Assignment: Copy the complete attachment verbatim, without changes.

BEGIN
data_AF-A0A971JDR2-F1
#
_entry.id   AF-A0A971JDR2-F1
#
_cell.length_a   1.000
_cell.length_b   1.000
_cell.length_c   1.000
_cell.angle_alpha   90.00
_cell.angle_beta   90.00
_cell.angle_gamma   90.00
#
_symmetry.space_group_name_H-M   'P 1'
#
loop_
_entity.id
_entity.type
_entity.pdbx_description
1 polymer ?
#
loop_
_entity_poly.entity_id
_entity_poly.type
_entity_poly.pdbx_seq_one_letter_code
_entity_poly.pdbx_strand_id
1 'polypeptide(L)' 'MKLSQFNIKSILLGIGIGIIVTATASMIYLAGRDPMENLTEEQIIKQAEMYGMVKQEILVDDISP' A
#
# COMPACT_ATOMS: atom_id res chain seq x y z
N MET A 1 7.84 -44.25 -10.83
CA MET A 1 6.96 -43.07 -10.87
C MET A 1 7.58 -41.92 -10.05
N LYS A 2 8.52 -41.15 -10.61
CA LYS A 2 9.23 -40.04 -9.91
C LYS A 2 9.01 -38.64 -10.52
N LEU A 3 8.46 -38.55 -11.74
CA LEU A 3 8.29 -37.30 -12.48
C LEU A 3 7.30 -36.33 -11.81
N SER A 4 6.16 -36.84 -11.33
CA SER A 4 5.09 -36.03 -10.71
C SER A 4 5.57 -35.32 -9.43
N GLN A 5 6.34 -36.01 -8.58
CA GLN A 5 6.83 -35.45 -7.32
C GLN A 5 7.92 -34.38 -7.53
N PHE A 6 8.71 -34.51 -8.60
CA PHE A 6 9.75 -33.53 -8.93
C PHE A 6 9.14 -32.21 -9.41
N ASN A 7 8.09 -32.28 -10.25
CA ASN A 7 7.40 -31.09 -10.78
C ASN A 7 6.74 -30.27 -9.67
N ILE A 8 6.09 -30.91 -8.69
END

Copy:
data_AF-A0A971JDR2-F1
#
_entry.id   AF-A0A971JDR2-F1
#
_cell.length_a   1.000
_cell.length_b   1.000
_cell.length_c   1.000
_cell.angle_alpha   90.00
_cell.angle_beta   90.00
_cell.angle_gamma   90.00
#
_symmetry.space_group_name_H-M   'P 1'
#
loop_
_entity.id
_entity.type
_entity.pdbx_description
1 polymer ?
#
loop_
_entity_poly.entity_id
_entity_poly.type
_entity_poly.pdbx_seq_one_letter_code
_entity_poly.pdbx_strand_id
1 'polypeptide(L)' 'MKLSQFNIKSILLGIGIGIIVTATASMIYLAGRDPMENLTEEQIIKQAEMYGMVKQEILVDDISP' A
#
# COMPACT_ATOMS: atom_id res chain seq x y z
N MET A 1 7.84 -44.25 -10.83
CA MET A 1 6.96 -43.07 -10.87
C MET A 1 7.58 -41.92 -10.05
N LYS A 2 8.52 -41.15 -10.61
CA LYS A 2 9.23 -40.04 -9.91
C LYS A 2 9.01 -38.64 -10.52
N LEU A 3 8.46 -38.55 -11.74
CA LEU A 3 8.29 -37.30 -12.48
C LEU A 3 7.30 -36.33 -11.81
N SER A 4 6.16 -36.84 -11.33
CA SER A 4 5.09 -36.03 -10.71
C SER A 4 5.57 -35.32 -9.43
N GLN A 5 6.34 -36.01 -8.58
CA GLN A 5 6.83 -35.45 -7.32
C GLN A 5 7.92 -34.38 -7.53
N PHE A 6 8.71 -34.51 -8.60
CA PHE A 6 9.75 -33.53 -8.93
C PHE A 6 9.14 -32.21 -9.41
N ASN A 7 8.09 -32.28 -10.25
CA ASN A 7 7.40 -31.09 -10.78
C ASN A 7 6.74 -30.27 -9.67
N ILE A 8 6.09 -30.91 -8.69